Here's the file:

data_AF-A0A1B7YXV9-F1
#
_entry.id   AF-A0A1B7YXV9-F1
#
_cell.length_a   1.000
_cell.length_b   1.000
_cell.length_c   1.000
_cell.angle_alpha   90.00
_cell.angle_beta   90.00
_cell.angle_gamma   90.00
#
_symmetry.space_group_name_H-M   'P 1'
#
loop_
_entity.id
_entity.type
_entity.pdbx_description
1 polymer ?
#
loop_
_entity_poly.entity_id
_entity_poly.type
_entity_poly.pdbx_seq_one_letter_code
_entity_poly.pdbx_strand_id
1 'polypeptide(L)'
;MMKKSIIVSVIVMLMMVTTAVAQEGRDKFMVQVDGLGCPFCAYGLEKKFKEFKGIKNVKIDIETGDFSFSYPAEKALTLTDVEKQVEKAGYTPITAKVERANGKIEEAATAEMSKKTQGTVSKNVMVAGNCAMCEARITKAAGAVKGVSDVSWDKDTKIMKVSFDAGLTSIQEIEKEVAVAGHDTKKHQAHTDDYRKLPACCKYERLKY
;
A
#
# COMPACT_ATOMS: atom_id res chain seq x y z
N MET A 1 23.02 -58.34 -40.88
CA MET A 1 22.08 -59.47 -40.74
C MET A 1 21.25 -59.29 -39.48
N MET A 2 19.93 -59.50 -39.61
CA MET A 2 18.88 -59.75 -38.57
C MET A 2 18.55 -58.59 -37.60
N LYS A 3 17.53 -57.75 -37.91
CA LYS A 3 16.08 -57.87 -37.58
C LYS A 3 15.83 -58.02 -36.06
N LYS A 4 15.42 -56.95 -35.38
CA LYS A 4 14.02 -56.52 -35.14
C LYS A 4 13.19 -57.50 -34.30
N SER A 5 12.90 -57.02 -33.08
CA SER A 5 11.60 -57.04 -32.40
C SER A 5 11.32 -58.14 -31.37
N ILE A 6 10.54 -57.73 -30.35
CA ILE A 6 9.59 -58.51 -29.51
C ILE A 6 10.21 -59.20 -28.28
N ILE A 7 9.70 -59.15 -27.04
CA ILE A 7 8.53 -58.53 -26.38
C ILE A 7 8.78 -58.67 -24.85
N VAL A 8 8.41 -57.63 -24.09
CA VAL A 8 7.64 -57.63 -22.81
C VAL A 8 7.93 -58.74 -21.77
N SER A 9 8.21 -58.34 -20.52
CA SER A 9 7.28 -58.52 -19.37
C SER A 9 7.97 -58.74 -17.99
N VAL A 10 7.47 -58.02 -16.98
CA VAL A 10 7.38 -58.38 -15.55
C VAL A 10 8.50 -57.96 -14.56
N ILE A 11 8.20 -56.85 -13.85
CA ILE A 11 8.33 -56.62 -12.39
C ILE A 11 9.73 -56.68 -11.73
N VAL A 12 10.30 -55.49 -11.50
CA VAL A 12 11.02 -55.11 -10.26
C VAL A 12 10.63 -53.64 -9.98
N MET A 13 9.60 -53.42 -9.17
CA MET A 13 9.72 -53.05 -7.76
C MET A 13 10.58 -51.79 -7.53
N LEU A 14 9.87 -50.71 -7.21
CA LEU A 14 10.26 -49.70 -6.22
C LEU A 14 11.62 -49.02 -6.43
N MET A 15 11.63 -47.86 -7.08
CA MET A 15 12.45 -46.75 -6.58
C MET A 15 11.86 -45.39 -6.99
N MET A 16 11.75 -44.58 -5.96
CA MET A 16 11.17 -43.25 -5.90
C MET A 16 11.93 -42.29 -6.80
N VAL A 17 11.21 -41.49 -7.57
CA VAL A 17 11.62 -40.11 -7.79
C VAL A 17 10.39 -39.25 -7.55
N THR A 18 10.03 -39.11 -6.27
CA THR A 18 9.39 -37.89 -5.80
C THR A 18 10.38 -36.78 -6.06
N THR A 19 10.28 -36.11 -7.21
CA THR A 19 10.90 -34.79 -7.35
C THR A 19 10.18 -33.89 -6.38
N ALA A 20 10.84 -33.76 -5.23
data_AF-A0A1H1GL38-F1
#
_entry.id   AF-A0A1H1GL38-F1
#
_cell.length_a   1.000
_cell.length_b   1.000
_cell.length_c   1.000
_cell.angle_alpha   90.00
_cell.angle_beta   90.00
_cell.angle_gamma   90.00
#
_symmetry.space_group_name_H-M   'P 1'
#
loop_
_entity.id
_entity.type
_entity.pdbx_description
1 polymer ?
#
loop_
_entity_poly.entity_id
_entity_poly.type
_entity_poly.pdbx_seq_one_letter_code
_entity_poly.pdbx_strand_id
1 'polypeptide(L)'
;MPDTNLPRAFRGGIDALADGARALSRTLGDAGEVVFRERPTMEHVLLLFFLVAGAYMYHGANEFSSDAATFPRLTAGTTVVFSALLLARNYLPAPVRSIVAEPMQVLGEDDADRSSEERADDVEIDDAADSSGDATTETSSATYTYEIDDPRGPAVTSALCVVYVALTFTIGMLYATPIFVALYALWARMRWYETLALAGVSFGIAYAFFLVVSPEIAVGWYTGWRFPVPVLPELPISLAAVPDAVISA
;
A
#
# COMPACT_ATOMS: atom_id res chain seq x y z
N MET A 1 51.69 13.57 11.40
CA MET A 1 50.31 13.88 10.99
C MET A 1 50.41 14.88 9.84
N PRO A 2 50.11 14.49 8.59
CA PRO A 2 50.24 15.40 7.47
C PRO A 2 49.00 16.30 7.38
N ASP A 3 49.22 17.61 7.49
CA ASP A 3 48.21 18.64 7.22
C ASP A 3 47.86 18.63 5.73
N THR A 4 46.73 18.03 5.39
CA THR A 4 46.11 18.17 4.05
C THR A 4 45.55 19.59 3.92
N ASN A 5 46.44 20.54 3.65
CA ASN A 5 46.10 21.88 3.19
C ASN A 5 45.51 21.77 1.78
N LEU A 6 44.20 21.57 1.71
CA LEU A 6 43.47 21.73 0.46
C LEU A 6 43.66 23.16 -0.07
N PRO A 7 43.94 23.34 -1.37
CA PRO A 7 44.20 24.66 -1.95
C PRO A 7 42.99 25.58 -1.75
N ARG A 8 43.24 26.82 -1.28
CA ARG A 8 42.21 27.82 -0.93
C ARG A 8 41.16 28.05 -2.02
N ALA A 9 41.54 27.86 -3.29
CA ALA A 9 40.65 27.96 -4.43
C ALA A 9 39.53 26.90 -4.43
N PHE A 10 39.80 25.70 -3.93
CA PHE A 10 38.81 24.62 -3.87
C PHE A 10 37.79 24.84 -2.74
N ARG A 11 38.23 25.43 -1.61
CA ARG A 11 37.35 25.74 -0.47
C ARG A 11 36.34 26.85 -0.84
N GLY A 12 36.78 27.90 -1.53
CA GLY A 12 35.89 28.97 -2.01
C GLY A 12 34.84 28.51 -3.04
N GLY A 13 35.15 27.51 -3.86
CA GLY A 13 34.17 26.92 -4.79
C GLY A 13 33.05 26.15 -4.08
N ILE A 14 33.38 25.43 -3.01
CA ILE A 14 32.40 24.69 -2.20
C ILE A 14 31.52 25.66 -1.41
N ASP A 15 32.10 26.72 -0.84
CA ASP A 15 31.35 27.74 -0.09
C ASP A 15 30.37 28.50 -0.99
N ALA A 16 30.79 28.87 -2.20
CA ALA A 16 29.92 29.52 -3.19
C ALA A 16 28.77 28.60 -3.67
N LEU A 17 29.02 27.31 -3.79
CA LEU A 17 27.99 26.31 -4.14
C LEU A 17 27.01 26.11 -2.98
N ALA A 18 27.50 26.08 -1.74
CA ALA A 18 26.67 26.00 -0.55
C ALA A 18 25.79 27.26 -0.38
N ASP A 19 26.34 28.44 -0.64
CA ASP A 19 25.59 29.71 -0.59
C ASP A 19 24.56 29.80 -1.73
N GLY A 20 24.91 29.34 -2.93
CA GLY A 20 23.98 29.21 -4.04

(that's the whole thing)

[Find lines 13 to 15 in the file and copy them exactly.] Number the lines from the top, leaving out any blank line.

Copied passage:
#
loop_
_entity.id